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Yes - I'd keep reading because I'm wondering who Mac was, and how Coop is going to be impacted by his death.
Yes! I want to know so many things just from this one line. Why is Mac dead? What Coop's relationship with Mac is. Why is his mom letting him stay home? and How Coop may or may not have been involved with Mac's death. Nice job!
Yes!It's crisp and hits you in the gut! I want to know more. Well done!
No. I'm not sure who found the body - Coop or his mom. Also, it seems that the first sentence should probably deal with the MC and at this point the most active person is the mom.
Yes, because that line is raising questions in my head and I want to read the answers, and learn about the connection between the two events and people.
Yes. I'm curious.
NoI'm curious enough, i just think, as the sentence is, i'm confused. It sounds like Mac's mom is letting him stay home, but he's dead. I had to read it more than once to figure out what was going on. I think it's too many pronouns and not enough names
No, because who is Mac? Who is Coop to him? If you'd just said "a body" I would probably run with it, because that's intriguing. "His brother's body" or some anchoring detail like that would be even better. Using the name makes it clear this is supposed to be an important detail that I don't have and therefore makes me less intrigued than confused.
Yes. It made me laugh out loud. Although I agree with Leah that it would be stronger without Mac's name and instead with his relationship to Coop.
No. It felt just a little bit too disconnected for me. How does Coop feel about the death and his mom letting him stay home?
Yes! It made me smile, for some strange reason lol. It's just such an awkward way to start (in a good way!)
Yes, but agree with everyone else about changing Mac's name. What I read the first time is that Coop's mom let Mac stay home from school after finding Mac's body. Well, duh, was she going to force him to go anyway? That's just cruel.Mentioning only Coop would make the "him" be clearer and you could show what the relationship between the two boys was - though I assume that will be shown in the next sentence.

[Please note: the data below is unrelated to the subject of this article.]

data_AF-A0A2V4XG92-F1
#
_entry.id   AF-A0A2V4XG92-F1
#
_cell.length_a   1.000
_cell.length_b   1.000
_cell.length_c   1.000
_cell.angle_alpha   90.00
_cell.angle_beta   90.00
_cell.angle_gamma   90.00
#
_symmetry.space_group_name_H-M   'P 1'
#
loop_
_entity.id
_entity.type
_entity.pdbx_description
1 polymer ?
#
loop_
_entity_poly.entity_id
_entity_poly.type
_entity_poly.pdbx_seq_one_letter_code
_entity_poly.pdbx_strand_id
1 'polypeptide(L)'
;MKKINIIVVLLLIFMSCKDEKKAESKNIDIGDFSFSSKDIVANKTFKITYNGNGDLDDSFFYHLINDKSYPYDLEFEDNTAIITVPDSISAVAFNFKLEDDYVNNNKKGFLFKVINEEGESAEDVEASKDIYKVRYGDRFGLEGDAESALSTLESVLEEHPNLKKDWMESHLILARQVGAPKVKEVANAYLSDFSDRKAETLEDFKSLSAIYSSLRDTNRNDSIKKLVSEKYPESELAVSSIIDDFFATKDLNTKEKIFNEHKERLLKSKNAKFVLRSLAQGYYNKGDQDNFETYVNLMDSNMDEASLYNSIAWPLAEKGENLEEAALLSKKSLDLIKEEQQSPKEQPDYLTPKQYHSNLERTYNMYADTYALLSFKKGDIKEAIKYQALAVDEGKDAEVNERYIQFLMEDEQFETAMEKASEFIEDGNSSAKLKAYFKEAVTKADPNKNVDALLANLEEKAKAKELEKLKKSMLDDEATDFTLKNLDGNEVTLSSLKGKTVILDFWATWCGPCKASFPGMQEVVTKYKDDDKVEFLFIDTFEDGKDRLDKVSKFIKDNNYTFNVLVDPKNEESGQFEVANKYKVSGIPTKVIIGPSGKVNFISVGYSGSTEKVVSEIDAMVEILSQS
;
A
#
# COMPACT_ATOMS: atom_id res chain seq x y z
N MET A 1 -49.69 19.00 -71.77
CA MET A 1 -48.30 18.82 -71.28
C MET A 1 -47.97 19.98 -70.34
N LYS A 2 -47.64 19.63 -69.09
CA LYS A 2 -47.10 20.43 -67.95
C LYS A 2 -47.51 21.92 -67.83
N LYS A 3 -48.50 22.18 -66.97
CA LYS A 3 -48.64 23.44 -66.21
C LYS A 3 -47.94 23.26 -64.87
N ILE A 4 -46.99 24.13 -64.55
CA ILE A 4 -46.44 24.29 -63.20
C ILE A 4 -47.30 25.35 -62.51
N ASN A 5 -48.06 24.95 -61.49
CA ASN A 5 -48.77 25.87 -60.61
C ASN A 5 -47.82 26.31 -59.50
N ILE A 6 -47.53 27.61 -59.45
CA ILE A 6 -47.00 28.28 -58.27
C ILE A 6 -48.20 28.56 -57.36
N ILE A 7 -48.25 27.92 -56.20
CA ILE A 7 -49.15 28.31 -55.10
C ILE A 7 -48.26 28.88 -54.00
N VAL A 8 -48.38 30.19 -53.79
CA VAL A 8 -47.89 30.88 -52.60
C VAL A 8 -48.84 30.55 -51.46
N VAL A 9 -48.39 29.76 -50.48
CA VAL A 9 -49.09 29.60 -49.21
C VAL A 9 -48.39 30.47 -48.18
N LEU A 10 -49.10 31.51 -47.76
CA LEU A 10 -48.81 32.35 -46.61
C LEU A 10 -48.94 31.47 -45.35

No. It makes the death seem inconsequential. Also, what is it with death in these first sentences? So many people dead right from the start.
Yes. I'm intrigued.
No. The way it reads, it sounds like Coop's mom found the body, and I don't think that's what you meant.
Yes. Definitely want to find out who Mac and Coop are and what lead to Mac's death. Nice hook.
Um, most definitely--YES! I am intrigued.
Yes. It raises good story questions, but the way it's written, it's Coop's mom who found the body. If it was Coop, you might reword as: After finding Mac's body on a Wednesday, Coop begged his mom to let him stay home on Thursday. (Could also cut the "on Thursday.")
No. I hate dangling participles.
Yes, but I'd reverse the order of the clauses somehow.
No - voice doesn't draw me in.
Yes, because of the story it hints at. But who found the body? Coop or Coop's mom? And I'm not sure I need to know right away that the body was Mac's. I don't know who Mac is. Introducing three characters--Mac, Coop, and Coop's mom--in one sentence is too much.
No. There isn't enough voice or emotion here. I feel like I'm being told of events by a detached observer, and I don't like that. Draw me in with character, don't just tell me what's going on.
I like the story hinted at, but there's a dangling modifier at the start-- did his Mom find the body or did Coop? That trips me enough that I'd stop here.
No. I'm guessing Coop's Mom didn't find Mac's body, so the improper sentence structure killed it for me.